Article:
Preventing Tunnel Vision

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Preventing Tunnel Vision for Truck Drivers

Preventing-Tunnel-VisionAs a truck driver it’s important to prevent tunnel vision so that you are fully aware of the things around you. The best way to keep your vision active is through continuous scanning.

By keeping your eyes moving, you will be able to detect potential problems ahead of time and reduce the effects of tunnel vision.

Human Vision

Humans have two types of vision, central and peripheral. Central vision offers about three degrees of visibility, and is used to focus on objects and for dedicated tasks such as reading. Your peripheral vision offers roughly 180 degrees of visibility and acts more like an early warning system. It is sensitive to light and movement, so it can alert us to danger or hazards before we see them with our central vision.

What is Tunnel Vision?

When we focus or stare at an object for more than a few seconds, the eye automatically reduces its peripheral vision. This can result in tunnel vision.  The negative affect of this is that we lose the early warning system that the peripheral vision provides.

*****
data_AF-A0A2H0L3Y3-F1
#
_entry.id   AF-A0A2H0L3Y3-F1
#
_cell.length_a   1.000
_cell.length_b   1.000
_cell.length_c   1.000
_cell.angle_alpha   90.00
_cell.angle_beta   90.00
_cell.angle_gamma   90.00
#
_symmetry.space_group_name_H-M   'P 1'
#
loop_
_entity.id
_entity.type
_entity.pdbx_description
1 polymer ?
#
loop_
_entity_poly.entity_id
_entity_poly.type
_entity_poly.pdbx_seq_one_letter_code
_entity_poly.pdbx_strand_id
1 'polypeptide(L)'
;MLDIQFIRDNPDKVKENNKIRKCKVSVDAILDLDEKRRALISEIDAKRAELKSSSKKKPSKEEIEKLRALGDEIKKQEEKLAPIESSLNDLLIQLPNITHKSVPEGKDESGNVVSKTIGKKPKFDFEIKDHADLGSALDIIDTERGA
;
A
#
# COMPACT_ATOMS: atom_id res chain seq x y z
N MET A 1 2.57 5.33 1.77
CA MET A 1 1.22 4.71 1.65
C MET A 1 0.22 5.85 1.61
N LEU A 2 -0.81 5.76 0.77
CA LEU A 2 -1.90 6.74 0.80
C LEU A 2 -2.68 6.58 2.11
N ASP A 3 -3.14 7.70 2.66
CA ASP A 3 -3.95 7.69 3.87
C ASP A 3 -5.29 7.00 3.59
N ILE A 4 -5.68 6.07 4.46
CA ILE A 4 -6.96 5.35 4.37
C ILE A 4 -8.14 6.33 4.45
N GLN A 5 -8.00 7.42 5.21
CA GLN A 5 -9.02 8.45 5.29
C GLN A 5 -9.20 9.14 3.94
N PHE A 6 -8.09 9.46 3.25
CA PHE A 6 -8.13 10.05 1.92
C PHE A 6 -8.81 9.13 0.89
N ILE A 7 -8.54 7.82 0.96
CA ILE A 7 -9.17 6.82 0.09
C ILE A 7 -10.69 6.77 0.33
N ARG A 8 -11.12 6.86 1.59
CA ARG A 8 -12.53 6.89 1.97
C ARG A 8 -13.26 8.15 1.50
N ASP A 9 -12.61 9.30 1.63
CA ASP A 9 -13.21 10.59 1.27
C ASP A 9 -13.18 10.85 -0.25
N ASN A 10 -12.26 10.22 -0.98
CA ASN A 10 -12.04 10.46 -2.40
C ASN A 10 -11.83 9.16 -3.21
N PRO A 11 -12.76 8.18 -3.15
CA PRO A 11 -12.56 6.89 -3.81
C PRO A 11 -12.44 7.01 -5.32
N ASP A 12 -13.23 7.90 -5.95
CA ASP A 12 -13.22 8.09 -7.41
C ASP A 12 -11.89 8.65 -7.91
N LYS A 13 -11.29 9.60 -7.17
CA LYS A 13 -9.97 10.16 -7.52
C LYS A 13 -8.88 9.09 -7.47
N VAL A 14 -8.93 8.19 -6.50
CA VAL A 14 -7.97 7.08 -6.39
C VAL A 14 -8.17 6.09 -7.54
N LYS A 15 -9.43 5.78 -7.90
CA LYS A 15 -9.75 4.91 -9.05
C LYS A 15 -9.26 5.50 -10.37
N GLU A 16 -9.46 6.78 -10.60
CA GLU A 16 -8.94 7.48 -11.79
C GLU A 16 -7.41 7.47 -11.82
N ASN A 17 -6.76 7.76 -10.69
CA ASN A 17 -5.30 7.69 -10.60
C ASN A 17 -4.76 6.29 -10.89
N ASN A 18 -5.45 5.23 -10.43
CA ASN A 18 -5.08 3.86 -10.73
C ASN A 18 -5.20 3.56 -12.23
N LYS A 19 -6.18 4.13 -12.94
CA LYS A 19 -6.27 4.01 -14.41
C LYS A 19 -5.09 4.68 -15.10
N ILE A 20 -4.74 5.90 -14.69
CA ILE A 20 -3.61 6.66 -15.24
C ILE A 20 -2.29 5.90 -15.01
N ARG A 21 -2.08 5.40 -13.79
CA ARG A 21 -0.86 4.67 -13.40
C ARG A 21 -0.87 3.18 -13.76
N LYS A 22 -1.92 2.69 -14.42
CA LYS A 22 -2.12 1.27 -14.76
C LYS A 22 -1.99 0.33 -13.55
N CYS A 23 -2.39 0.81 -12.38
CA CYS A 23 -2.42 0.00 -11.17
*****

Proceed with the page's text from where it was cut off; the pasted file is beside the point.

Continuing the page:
How should you Scan?

To keep this from happening, keep your eyes scanning, and don’t look at any one object for more than two seconds. Let your eyes move back and forth across both sides of the road. If a car has just pulled over, scanning will allow you to anticipate the driver opening his or her door to step out to the street. If the tires are turned to face the road and brake lights are on, we can deduce that the driver is in gear and waiting to ingress the traffic lane. Scanning dynamically will let you anticipate a potential accident and help you to avoid getting caught up in it.

Many ordinary events can turn into a roadway hazard. If you notice potential hazards ahead of time, you will be ready to react with more time. Scanning ahead will also cause you to drive smoother. You’ll find there are less sudden stops and hard braking during your drives because you aren’t taken by surprise as often.

When scanning ahead, you should anticipate the worst will happen and prepare for it. Always assume something unexpected and catastrophic will happen and convey a plan on how you’ll avoid the situation yourself (increase following distance, shift vehicle in traffic, slow down, etc.). If you don’t recognize a potential threat early enough, you’ll never be able to avoid the hazard in the first place.

Keeping your eyes moving every two seconds will eliminate tunnel vision and keep your peripheral vision active and ready to detect the next hazard on the road.



Posted by intd on April 20, 2016 |